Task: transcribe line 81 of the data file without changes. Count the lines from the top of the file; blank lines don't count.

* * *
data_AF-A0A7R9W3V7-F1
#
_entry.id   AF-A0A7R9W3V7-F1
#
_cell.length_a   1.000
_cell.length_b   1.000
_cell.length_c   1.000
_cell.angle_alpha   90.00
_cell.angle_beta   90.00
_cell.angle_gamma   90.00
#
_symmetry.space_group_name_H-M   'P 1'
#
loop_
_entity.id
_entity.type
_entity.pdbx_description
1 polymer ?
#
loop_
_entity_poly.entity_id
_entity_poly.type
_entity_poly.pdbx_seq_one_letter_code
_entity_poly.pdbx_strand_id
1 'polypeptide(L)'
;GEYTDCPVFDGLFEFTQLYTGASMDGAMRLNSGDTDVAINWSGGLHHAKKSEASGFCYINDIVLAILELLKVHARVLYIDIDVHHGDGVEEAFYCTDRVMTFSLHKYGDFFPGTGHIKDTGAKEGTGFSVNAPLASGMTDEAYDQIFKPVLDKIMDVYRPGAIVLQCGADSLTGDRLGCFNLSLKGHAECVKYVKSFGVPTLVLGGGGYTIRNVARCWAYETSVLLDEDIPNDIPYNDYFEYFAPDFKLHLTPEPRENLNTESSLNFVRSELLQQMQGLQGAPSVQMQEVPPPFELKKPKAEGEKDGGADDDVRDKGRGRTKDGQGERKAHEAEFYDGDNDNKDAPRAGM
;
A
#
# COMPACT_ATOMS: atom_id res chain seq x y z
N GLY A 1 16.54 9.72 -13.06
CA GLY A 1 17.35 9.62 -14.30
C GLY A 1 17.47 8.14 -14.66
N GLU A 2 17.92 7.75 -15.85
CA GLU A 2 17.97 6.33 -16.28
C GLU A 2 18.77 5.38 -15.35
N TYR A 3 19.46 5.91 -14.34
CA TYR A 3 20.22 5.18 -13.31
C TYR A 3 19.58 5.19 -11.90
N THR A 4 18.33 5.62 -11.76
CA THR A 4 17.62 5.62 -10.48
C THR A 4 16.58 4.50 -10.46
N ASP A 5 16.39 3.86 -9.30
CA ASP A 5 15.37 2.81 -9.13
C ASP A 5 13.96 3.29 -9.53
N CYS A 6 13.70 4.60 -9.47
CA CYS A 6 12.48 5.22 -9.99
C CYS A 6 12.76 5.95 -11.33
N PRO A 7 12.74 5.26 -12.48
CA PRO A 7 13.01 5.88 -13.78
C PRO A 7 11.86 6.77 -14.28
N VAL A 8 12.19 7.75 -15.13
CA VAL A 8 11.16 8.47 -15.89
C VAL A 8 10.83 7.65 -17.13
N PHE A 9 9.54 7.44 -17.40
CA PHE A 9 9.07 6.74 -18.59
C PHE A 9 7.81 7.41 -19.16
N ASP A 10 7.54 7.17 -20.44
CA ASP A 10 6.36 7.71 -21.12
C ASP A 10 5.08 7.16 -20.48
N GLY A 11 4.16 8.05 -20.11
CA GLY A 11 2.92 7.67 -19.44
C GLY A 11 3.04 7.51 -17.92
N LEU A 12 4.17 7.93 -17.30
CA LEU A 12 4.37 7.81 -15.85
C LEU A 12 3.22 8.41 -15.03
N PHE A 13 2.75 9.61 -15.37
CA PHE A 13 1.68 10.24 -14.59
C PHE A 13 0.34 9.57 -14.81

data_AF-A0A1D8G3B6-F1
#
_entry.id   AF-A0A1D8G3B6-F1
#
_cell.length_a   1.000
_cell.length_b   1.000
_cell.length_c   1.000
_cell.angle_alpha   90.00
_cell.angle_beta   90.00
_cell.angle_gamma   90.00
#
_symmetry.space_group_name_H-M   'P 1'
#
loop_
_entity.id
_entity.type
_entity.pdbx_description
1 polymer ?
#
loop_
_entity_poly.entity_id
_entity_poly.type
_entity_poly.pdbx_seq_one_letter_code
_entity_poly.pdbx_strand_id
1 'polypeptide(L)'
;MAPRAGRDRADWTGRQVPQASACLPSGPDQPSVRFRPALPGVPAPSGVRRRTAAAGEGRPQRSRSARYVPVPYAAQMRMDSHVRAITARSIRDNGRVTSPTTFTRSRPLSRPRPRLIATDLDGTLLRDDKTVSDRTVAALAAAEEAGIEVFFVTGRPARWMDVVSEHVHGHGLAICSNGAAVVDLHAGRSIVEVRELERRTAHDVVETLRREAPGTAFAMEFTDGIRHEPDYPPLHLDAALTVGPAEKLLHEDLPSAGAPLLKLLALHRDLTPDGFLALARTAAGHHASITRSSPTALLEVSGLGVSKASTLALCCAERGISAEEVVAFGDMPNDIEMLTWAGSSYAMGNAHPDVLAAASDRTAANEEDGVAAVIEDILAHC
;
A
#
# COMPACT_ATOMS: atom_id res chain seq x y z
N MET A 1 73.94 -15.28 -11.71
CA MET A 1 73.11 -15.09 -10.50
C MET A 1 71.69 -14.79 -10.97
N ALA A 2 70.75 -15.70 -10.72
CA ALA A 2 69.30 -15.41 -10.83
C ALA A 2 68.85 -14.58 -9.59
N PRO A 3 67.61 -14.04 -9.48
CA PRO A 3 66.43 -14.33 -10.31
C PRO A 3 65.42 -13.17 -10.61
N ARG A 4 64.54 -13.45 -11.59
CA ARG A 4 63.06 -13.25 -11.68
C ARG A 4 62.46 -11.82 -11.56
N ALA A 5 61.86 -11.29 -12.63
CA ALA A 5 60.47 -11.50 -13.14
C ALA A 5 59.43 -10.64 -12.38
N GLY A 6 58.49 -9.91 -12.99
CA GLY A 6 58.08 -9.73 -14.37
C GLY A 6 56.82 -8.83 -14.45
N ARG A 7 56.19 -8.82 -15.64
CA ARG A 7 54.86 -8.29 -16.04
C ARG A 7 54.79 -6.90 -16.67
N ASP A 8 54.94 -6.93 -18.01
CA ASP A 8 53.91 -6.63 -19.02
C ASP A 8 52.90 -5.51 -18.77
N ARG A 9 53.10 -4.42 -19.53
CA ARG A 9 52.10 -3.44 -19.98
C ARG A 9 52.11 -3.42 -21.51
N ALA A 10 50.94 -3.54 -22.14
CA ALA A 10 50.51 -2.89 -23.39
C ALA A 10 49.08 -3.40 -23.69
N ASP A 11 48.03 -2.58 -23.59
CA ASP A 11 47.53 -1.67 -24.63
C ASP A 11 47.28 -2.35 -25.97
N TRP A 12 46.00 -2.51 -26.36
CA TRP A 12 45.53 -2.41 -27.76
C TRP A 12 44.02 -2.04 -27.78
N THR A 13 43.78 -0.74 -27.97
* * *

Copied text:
_symmetry.space_group_name_H-M   'P 1'